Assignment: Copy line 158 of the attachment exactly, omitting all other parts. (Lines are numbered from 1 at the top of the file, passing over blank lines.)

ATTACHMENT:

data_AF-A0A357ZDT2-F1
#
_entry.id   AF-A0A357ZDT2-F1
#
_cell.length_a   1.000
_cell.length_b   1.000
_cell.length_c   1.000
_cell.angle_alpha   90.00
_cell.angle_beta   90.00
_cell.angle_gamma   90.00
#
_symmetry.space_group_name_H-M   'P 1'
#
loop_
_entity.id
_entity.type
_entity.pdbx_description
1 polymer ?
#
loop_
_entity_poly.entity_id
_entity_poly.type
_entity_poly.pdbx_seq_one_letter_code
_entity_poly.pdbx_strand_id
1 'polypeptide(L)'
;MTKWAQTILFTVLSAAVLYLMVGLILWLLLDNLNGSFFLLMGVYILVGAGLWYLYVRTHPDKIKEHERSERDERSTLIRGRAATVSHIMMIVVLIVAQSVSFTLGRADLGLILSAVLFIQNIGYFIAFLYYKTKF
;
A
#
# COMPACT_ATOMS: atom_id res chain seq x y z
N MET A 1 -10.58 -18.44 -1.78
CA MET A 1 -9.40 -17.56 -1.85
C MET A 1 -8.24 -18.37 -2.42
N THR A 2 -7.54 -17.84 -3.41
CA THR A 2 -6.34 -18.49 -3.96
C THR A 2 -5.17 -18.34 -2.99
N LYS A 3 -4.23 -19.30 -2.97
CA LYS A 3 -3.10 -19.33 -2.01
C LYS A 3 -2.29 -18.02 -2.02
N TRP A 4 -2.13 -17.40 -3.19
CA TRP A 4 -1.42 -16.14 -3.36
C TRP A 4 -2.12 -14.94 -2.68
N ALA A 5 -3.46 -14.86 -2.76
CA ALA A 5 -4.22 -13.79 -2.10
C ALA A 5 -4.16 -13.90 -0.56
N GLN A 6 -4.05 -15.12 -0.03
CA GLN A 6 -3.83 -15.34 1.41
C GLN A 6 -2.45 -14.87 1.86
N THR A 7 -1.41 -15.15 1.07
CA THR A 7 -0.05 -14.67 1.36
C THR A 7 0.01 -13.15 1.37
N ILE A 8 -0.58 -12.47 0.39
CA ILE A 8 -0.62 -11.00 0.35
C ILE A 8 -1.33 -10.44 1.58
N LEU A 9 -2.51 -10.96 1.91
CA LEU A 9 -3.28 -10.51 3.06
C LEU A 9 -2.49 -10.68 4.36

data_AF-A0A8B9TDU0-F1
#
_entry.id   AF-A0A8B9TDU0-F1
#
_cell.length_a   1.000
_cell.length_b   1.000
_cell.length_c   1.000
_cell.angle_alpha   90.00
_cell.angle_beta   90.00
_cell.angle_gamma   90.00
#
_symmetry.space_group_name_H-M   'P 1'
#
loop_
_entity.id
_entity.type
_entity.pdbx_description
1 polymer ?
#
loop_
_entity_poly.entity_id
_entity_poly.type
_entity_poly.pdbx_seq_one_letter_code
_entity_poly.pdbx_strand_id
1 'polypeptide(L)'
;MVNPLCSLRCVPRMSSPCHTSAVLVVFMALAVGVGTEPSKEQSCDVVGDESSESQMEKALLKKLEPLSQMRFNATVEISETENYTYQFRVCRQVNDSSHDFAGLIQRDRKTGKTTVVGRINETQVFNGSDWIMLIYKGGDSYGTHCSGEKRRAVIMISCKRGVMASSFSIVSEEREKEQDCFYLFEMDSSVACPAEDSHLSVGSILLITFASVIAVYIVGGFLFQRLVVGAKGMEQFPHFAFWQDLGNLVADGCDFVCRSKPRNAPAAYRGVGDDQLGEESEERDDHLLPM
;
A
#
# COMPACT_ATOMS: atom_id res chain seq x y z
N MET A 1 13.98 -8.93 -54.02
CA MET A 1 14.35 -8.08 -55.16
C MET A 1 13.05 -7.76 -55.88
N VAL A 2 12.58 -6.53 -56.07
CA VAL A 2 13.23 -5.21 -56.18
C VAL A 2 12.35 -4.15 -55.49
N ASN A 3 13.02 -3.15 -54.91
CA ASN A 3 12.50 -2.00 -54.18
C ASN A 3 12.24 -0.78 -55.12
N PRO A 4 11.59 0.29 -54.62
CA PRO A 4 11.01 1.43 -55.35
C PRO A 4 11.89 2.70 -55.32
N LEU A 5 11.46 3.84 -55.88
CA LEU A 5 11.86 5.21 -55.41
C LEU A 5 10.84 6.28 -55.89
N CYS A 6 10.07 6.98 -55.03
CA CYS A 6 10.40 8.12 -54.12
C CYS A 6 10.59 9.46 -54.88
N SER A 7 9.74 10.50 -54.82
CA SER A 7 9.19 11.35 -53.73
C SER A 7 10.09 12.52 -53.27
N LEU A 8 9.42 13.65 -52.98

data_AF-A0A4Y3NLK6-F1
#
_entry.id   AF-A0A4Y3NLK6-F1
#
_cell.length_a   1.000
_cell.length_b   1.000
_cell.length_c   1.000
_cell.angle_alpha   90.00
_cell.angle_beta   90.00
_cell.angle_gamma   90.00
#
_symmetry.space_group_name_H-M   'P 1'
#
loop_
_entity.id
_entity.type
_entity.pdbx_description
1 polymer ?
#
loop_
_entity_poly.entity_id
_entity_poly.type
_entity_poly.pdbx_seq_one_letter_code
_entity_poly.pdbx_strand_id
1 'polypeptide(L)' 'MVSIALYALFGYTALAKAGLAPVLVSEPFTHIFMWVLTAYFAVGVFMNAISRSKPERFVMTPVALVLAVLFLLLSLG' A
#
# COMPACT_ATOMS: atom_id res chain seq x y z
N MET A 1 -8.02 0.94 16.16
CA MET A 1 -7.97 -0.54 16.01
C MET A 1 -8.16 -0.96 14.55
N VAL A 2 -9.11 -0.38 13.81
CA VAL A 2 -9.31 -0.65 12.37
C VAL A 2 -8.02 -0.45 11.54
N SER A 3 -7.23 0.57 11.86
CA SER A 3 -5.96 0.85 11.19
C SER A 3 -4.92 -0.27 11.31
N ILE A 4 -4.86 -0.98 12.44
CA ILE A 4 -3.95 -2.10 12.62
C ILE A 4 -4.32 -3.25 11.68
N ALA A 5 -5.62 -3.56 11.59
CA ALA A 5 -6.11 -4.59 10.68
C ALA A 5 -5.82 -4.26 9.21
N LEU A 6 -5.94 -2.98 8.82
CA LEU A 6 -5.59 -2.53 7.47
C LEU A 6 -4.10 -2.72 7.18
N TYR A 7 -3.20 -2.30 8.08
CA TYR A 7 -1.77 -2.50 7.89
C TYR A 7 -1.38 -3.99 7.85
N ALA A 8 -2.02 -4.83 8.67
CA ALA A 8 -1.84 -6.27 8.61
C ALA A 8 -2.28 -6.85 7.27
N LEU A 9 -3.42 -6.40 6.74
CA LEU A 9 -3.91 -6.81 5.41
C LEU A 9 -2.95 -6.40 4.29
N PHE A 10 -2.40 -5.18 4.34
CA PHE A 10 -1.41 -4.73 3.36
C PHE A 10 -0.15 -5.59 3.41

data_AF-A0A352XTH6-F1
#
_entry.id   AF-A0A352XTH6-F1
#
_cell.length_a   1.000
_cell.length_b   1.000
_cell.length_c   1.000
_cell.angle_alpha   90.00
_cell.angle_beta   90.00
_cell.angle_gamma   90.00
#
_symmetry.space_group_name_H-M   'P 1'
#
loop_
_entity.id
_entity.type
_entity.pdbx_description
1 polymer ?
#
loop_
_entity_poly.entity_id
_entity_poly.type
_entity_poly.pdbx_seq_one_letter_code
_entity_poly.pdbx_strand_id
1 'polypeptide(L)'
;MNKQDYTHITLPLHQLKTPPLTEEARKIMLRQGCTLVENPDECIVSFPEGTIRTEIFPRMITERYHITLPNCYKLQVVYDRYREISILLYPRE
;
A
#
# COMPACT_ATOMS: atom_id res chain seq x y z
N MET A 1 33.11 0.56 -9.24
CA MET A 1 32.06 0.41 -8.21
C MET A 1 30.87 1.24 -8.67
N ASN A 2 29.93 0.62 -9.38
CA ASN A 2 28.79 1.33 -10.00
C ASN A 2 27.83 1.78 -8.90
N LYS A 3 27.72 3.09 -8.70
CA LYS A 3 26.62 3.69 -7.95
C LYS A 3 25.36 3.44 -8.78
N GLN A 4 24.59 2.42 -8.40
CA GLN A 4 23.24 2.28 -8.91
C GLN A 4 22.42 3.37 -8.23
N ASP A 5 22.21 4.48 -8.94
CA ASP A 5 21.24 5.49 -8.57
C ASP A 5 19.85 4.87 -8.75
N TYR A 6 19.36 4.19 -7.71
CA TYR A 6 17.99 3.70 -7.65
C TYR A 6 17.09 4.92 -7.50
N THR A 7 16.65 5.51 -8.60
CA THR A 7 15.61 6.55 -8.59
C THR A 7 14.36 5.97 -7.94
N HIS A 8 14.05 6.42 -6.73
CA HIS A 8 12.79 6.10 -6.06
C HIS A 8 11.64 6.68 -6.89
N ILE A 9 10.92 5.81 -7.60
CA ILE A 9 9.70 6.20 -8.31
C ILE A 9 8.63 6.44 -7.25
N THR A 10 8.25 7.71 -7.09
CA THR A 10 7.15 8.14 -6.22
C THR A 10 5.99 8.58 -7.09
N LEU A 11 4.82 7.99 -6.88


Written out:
N ALA A 8 -2.02 -4.83 8.67